Japan's Foreign Exchange and Her Balance of International Payments: With Special Reference to Recent Theories of Foreign Exchange

Japan's Foreign Exchange and Her Balance of International Payments: With Special Reference to Recent Theories of Foreign Exchange

Japan's Foreign Exchange and Her Balance of International Payments: With Special Reference to Recent Theories of Foreign Exchange

Japan's Foreign Exchange and Her Balance of International Payments: With Special Reference to Recent Theories of Foreign Exchange

Excerpt

During and after the World War, exchange was one of the popular topics of discussion which demanded clear thinking. Practically all nations except the United States suffered from dislocated exchanges. Yet the theories as to the causes and remedies of these abnormal exchanges differed a great deal among the writers of different countries. Cassel, Keynes and most of the English economists have supported some form of the purchasing-power-parity theory, while other European economists adhered to a "speculation" theory, a "budgetary" theory, or a "reparation" theory. American economists were also divided in their opinions. But not all were satisfied with the line of thought developed by Viscount Goschen, Ricardo and J. S. Mill, for the classical theory of foreign exchange did not throw sufficient light upon the explanation of recent exchange movements. To say that exchanges are determined at the juncture of supply and demand is easy. But the matter is not quite so simple. We want to go a step farther, and ascertain what are the real conditions that determine supply and demand.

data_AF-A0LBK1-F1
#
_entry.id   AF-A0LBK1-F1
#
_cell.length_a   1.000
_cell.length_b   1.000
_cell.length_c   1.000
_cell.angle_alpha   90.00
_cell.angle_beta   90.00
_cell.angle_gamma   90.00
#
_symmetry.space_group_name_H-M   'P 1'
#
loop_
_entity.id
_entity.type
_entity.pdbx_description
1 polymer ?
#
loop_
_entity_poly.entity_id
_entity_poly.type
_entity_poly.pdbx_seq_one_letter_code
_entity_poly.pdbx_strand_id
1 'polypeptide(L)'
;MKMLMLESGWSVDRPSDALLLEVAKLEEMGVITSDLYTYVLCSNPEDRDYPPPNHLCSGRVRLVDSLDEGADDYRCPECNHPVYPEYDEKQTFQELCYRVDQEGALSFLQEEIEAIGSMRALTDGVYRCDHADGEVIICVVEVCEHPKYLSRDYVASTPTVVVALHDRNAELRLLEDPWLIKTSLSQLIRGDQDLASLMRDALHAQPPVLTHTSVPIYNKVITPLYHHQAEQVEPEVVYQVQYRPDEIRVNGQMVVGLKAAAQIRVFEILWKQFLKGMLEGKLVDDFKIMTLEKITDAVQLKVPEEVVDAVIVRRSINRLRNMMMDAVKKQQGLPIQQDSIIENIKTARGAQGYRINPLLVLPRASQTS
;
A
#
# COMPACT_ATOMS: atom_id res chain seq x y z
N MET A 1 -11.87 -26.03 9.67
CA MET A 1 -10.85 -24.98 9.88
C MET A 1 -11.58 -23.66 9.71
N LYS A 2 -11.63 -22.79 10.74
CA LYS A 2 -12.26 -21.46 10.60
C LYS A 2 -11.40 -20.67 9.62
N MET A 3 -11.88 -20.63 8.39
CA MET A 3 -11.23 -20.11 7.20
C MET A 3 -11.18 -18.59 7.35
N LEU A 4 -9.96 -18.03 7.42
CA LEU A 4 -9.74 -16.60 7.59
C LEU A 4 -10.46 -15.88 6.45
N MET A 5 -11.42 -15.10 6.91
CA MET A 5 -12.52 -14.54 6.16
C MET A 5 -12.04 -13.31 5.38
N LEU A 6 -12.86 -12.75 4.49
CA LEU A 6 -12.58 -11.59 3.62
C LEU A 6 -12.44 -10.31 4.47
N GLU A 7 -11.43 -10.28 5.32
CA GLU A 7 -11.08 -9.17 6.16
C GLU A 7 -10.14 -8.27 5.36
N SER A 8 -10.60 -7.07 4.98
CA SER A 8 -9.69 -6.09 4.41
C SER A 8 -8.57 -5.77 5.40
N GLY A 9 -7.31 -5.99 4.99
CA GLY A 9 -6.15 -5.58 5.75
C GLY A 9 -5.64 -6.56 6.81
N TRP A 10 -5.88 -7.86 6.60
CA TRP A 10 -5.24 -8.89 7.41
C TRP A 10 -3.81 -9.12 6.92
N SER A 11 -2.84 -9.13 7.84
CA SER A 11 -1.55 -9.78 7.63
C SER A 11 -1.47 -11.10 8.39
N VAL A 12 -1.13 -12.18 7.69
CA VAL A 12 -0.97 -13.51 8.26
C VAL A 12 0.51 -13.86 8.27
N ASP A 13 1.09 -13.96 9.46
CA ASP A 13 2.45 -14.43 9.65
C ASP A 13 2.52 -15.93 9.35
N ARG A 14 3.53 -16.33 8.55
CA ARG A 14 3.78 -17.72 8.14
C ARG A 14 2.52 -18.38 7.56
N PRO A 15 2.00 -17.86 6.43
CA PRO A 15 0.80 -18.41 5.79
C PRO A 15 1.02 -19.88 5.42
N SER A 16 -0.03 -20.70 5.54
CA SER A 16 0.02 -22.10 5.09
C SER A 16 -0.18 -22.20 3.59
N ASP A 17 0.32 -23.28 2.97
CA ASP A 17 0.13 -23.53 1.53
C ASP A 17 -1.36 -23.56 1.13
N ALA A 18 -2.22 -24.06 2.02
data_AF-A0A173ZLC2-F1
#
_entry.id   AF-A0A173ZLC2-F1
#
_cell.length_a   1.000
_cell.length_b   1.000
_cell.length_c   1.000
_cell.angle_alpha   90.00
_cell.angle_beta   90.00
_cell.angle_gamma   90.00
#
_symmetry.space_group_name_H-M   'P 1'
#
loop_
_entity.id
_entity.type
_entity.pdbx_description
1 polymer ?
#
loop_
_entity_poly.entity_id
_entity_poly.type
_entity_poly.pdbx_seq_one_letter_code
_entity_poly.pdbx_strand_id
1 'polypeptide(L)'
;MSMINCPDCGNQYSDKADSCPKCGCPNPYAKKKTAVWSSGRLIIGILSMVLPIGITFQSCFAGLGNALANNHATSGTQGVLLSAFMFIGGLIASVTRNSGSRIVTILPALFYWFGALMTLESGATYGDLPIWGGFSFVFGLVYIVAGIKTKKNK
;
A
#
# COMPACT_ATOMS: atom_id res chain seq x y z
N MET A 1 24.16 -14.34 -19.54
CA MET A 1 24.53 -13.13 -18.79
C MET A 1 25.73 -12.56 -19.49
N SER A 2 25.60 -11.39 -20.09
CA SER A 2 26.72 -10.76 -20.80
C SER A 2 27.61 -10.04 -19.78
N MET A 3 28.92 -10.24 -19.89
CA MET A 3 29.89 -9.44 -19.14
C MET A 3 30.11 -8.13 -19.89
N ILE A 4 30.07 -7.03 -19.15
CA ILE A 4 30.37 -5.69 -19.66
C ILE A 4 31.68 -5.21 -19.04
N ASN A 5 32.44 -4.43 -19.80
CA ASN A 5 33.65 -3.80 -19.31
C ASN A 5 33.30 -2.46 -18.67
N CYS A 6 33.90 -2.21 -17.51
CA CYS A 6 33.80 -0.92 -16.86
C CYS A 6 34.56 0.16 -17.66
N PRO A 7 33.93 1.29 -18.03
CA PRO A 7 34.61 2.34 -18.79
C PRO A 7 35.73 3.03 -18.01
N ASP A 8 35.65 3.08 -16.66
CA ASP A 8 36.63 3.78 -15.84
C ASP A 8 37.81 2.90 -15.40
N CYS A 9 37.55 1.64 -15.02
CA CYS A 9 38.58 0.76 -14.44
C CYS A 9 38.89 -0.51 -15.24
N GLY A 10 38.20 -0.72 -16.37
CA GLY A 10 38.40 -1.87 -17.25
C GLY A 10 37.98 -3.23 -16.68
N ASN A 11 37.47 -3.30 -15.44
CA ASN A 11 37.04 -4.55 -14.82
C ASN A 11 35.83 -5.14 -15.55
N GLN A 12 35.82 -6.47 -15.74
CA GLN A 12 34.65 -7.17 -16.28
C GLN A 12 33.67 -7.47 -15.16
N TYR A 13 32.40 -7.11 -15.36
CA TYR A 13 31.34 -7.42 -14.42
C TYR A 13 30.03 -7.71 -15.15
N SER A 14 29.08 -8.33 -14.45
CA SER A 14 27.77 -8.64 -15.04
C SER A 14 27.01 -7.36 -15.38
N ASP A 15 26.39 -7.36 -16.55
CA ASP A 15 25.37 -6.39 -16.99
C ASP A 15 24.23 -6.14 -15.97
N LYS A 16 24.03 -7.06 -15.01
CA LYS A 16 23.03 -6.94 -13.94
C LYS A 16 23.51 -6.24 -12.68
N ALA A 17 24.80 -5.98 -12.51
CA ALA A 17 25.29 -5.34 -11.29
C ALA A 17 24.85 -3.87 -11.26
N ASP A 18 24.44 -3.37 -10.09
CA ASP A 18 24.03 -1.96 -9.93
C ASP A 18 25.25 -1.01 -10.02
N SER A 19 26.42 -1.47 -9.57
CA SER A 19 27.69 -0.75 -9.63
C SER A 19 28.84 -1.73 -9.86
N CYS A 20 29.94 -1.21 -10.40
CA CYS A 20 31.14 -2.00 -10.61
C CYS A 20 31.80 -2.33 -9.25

Various surveys of actual foreign exchange history have been recently made in different countries, but very few agree as to results. Taking this opportunity, the writer presents in the following study the Japanese case. Not belonging to any school or camp in the present exchange controversies, the author has tried to present the case as fairly as possible. Unfortunately, however, he has reached the conclusion that none of the recent exchange theories is adequate to explain the Japanese experiences.

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